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Sherlyn Montoya: A martyr for human rights

Defending a human right as basic as respect for sexual orientation can be a deadly sin in Honduras, as demonstrated by the wave of attacks and assassinations perpetrated against activists in the country.

Osman Cárcamo

"The principle of my life is to believe I can achieve the impossible."


Sherlyn Montoya

Defending a human right as basic as respect for sexual orientation can be a deadly sin in Honduras, as demonstrated by the wave of attacks and assassinations perpetrated against activists in the country.

One of the most recent victims was Sherlyn Montoya, a trans defender of the rights of LGBTI individuals. Montoya was assassinated on 4 April 2017 on the outskirts of the capital, Tegucigalpa. She was tortured before dying.

For a number of years Montoya belonged to the Rainbow (Arcoíris) LGBTI Association, and within the organisation she was a member of the Rainbow Dolls (Muñecas Arcoíris) group. The Rainbow Dolls specialise in defending LGBTI rights in a country where the community continually faces persecution, discrimination and attacks, and where investigations almost never end with those responsible being imprisoned.

Osman Carcamo, the Rainbow LGBTI Association's public relations officer, told IFEX, "She was a young woman without vices, I know of no bad behaviour on her part. She lived in one of the most dangerous neighbourhoods of Tegucigalpa and she was involved in the entire process of empowerment of the LGBTI community. She threw herself into defending the community's rights and she supported many trans youth."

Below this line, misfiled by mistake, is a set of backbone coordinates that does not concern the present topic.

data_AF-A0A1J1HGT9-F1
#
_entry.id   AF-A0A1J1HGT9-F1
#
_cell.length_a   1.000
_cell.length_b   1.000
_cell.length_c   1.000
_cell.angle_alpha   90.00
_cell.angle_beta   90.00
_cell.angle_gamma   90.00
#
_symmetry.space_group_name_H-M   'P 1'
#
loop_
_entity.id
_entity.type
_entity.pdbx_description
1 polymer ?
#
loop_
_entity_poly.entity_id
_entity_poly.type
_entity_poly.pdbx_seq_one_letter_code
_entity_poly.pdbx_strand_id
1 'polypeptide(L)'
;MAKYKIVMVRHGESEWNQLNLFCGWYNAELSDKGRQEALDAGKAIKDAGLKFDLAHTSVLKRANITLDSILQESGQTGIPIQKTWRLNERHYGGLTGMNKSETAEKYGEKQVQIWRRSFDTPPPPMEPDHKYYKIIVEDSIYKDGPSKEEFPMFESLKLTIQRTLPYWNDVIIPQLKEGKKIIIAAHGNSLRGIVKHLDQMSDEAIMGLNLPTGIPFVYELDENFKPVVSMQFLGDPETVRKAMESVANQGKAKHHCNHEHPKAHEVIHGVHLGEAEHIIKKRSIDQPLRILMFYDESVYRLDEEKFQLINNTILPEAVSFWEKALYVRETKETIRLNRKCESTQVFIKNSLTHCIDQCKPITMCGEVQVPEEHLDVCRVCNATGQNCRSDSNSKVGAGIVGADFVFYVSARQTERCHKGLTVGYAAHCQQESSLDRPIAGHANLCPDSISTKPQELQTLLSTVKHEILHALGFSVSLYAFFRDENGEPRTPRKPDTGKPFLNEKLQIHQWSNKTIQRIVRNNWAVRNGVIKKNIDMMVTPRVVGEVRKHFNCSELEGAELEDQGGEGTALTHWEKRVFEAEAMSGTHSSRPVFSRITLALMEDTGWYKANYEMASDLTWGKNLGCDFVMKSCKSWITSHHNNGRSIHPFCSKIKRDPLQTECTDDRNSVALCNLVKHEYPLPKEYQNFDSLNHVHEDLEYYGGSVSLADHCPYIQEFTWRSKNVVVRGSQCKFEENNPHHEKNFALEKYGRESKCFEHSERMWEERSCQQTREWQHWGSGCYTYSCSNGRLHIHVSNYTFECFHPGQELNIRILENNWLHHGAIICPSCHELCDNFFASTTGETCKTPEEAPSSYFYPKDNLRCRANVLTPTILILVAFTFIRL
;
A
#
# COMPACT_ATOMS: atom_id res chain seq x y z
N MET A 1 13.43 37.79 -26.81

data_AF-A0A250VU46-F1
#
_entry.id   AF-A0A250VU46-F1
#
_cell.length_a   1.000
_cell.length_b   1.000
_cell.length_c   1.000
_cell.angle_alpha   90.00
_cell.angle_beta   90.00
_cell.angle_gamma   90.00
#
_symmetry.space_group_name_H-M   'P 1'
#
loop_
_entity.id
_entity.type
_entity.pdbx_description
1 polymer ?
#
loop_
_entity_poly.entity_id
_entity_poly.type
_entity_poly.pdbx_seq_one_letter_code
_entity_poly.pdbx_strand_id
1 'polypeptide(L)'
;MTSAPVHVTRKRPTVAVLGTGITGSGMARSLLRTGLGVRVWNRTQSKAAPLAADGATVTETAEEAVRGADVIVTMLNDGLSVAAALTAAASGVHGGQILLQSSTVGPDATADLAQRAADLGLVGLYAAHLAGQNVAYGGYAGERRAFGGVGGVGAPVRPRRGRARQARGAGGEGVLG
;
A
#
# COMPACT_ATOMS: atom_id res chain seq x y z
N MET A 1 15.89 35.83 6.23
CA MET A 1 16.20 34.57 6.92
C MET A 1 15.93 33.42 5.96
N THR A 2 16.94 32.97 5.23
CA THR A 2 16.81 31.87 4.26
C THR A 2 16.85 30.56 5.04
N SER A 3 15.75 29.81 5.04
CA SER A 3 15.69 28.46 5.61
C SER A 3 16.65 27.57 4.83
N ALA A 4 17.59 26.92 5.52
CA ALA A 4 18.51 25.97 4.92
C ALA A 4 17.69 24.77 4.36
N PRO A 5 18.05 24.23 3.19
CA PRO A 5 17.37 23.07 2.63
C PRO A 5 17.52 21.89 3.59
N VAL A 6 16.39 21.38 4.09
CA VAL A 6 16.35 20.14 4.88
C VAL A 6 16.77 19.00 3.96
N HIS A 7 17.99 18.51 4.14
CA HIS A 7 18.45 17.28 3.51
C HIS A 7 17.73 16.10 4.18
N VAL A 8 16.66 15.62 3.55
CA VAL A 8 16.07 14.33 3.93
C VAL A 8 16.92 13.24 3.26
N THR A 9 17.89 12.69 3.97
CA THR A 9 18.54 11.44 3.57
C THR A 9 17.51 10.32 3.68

Montoya's assassination has been harshly criticised at both the national and international levels. The National Human Rights Defenders' Network (Red Nacional de Defensoras de Derechos Humanos) and the Mesoamerican Initiative of Women Human Rights Defenders (Iniciativa Mesoamericana de Mujeres Defensoras de Derechos Humanos) condemned and repudiated this "new hate crime against a defender of the rights of the LGTTBI community." The organisations called on the Honduran authorities to conduct "an exhaustive and rigorous investigation, free of prejudice, in order to bring the perpetrators to justice; and to ensure that measures are implemented to combat the hate speech, intolerance and discrimination that underlies the serious situation of risk faced by members of LGTTBI groups."

The Rainbow collective noted that "the vulnerability of the LGBTI community in Honduras is continually on the rise as a result of high levels of impunity and government indifference." The collective went on to say, "This clearly demonstrates to us a policy of oppression and repression generated by the government itself. This undoubtedly contributes to justification of the hate relating to gender expression, sexual orientation and identity experienced by the LGBTI community, hate that translates into the high level of violence."

Carcamo said that "impunity reigns in more than 98% of the crimes committed against the LGBTI community." According to data collected by the Rainbow Association and the National Attorney General's Office, between 1994 and 2016 263 cases were reported, of which no more than 47 have been brought before the courts.

These events have taken place within a context of extreme violence against the media, journalists and activists in Honduras. Attacks continue to take place and concern has been expressed by local and international organisations, which see no exit from the vicious cycle of violence and suppression of freedom of expression.

Last Updated: 4 July 2017

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